In 2007, I cried because I couldn't eat a hamburger. This wasn't some radical diet; I just couldn't open my jaw wide enough to take a bite. And all I wanted was to eat a hamburger.
It started around September of 2006 with my right thumb, and I thought that I had just jammed it, but by February of 2007, I was practically immobile. Every joint in my body was painfully full of fluid. I couldn't function. My feet and ankles hurt so badly that the weight of a blanket was too much to bear. I got locked in my own bedroom once because I couldn't grip the doorknob hard enough to turn it. I had trouble washing my hair because it was difficult to raise my arms that high, and standing up took so much energy that I could only manage it for ten minutes at a time.
And then my jaw locked up and I couldn't eat.
The medications were never ending - Planquenil, Methotrexate, Enbrel, high dose Naproxen, Prednisone, and Cymbalta were all on board - every day. I even had one of those old-lady pill dispensers.
Most of the time, I couldn't wear shoes because my feet were too swollen. A lot of the time, I couldn't sit down or stand up without help. And some of the time, I couldn't drive because I couldn't control the steering wheel.
I wanted to die. That's not hyperbole. One of the meds I was on, Enbrel, has psychological effects, and I, who am already prone to depression, was swept into the darkest emotional pit I've ever been in. All I did - all I did - was lay on the couch and sleep. In a nut shell, it was the worst year of my life. A total loss of independence and self-sufficiency coupled with extreme pain.
And then - it stopped. All of the sudden, within a couple of weeks, my flair ended and I could stop the meds. I could flex my fingers. I could stand. I could rest comfortably.
Thank. You. God.
Of course, I didn't thank Him then. I chalked it up to the right combination of meds or a reduction in stress or just my body finally working things out and calming down, and in hindsight, it was probably all three of those things, but that doesn't mean it wasn't God's work.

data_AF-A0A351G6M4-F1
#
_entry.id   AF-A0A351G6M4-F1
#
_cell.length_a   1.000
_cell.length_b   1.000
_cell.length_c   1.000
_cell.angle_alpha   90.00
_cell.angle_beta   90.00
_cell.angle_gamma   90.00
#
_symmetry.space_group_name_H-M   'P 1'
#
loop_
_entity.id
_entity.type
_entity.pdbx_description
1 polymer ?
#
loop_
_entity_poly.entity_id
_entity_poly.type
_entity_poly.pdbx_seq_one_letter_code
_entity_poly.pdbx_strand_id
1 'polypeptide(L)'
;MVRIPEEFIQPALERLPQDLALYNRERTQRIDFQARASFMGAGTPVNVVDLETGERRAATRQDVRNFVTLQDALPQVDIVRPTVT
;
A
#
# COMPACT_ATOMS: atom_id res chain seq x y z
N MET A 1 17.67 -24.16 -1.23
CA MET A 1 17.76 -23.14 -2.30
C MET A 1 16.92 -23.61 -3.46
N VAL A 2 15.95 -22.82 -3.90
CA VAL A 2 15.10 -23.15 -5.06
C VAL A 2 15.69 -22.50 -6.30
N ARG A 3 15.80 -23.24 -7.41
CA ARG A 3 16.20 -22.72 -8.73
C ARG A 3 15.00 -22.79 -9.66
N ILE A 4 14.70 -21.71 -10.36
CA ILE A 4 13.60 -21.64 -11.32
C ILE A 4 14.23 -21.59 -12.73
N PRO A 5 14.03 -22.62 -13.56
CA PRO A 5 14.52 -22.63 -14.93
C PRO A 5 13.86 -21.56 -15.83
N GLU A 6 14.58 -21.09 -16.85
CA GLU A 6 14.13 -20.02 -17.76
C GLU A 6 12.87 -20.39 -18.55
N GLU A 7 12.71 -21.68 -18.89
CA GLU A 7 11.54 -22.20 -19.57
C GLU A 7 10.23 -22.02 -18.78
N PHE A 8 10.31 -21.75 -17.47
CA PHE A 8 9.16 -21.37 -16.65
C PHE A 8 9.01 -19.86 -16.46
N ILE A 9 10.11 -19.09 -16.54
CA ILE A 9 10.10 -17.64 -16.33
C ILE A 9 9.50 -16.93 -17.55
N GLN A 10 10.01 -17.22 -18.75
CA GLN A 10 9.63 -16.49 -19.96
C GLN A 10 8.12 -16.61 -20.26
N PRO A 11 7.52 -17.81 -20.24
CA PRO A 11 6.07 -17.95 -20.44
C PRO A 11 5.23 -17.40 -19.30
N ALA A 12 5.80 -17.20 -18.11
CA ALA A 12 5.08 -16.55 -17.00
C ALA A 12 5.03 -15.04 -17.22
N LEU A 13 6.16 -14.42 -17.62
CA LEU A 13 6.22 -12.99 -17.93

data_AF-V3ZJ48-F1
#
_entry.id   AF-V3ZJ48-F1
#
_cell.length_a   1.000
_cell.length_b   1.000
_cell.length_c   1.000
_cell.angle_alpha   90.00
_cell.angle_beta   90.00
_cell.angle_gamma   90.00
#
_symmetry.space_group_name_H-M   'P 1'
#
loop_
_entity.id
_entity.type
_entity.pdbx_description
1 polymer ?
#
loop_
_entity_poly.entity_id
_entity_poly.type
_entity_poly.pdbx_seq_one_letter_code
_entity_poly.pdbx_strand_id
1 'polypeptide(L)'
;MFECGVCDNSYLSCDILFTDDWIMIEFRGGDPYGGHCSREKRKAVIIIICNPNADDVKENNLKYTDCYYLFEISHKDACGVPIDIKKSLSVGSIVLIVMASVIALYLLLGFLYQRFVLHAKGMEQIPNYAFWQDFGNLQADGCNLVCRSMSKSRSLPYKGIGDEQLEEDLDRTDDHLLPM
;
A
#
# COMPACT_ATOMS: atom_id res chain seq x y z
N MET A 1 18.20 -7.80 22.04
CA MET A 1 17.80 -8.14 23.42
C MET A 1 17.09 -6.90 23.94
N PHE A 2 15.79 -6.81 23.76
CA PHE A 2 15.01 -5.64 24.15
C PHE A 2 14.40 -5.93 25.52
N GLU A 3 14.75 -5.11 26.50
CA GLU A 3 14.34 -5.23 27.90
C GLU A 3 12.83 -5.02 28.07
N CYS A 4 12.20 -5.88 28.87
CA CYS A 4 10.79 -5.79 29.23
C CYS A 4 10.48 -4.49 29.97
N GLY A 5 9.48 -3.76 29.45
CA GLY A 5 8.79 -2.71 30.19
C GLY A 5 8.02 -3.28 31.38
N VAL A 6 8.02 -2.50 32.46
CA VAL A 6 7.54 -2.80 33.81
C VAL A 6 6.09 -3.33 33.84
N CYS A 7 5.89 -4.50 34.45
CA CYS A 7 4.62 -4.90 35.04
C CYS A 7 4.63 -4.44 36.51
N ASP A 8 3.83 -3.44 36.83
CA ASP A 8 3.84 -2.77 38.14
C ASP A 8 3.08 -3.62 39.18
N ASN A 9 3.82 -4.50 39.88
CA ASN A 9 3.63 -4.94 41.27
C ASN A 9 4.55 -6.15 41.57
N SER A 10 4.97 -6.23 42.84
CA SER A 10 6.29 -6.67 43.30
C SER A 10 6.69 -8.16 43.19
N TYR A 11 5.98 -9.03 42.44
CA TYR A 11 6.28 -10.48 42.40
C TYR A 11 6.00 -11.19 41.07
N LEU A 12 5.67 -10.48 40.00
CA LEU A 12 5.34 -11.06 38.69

I think sometimes that we expect God to make his presence known in burning bushes, booming voices, or parting seas. I think we look for His intervention to be over the top - a clear sign of his magnificence, mercy, and power. And sure, God can work in extremes - the plagues of Egypt, the salvation of the Jews, the Resurrection of Jesus - but that doesn't mean he has to.
Jesus healed the sick - not with a wave of his hand and everyone in the crowd was suddenly cured, but in an up-close and hands-on and painfully slow way. One by one.
I am in a flair again. After visiting my rheumotologist for the first time in six years yesterday, we have decided that I'm back to square one: trying out meds, monitoring symptoms, and tracking the progression. Thankfully, this flair is no where near as extreme as the one six years ago, but I have to admit that I have some anxiety about it. I'm scared of it developing into the same level as it has been in the past. It's already becoming difficult to take care of the babies - what will I do if I can't even hug them? How long will it last? How will I work? I am scared of finding myself back on the couch, sleeping fitfully, and in pain.
But, I will survive.
God will bring me through it, one way or the other. He did before, and He will again. This is just my road, but I don't have to walk alone. I have the strength of my husband, the love of my children, and the support of my friends and family. And I have God - God who does not abandon us in our hour of need.
Every day, God blesses me, and sometimes I see the miracle. And sometimes I don't.
My challenge, therefore, is to keep my eyes open - to count my blessings and look for the miracles that will shepherd me through. It is always darkest before the dawn, but joy comes in the morning.